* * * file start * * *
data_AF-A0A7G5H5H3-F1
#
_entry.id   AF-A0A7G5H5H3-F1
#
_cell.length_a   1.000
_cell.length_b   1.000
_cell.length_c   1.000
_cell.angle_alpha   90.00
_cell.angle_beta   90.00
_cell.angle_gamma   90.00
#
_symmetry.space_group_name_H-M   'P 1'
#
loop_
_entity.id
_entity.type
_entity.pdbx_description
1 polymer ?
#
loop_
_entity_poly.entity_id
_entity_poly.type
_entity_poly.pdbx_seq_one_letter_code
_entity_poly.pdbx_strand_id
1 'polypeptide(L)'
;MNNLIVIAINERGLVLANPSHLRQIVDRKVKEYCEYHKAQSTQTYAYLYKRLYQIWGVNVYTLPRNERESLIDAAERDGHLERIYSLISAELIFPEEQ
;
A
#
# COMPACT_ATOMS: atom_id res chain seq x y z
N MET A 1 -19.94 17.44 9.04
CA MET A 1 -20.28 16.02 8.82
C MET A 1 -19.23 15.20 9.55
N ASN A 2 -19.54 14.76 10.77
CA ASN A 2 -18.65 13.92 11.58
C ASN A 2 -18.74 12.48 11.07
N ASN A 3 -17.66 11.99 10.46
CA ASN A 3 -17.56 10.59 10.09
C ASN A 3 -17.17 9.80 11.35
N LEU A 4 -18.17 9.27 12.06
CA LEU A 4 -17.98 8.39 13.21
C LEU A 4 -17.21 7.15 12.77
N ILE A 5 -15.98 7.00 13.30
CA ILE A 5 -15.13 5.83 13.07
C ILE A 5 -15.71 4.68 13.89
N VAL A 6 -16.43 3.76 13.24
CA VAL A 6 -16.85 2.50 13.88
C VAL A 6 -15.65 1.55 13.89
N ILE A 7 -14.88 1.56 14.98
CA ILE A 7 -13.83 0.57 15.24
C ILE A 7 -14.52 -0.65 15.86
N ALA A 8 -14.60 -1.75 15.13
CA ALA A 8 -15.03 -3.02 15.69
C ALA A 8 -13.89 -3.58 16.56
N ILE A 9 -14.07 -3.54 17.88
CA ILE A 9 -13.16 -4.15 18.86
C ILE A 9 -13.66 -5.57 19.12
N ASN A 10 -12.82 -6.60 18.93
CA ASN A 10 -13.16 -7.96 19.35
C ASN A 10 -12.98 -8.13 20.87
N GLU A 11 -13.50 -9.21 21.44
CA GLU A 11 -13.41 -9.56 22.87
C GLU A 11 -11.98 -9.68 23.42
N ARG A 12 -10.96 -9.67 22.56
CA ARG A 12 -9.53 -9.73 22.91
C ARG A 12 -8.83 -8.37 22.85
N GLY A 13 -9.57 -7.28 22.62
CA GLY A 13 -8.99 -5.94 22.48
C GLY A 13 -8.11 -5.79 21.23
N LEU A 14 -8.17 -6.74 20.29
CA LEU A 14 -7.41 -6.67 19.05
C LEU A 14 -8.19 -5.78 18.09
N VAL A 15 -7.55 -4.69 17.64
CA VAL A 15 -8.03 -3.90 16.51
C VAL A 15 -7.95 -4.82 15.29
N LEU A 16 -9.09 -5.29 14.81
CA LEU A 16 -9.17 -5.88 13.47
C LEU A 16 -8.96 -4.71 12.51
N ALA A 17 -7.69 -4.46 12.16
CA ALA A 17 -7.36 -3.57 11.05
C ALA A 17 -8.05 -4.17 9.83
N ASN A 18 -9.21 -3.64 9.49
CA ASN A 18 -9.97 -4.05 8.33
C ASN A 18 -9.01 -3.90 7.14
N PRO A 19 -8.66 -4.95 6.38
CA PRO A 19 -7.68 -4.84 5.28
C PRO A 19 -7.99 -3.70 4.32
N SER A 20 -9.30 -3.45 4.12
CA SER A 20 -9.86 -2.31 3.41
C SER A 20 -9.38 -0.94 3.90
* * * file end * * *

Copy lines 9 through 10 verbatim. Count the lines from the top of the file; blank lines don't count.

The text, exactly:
_cell.angle_beta   90.00
_cell.angle_gamma   90.00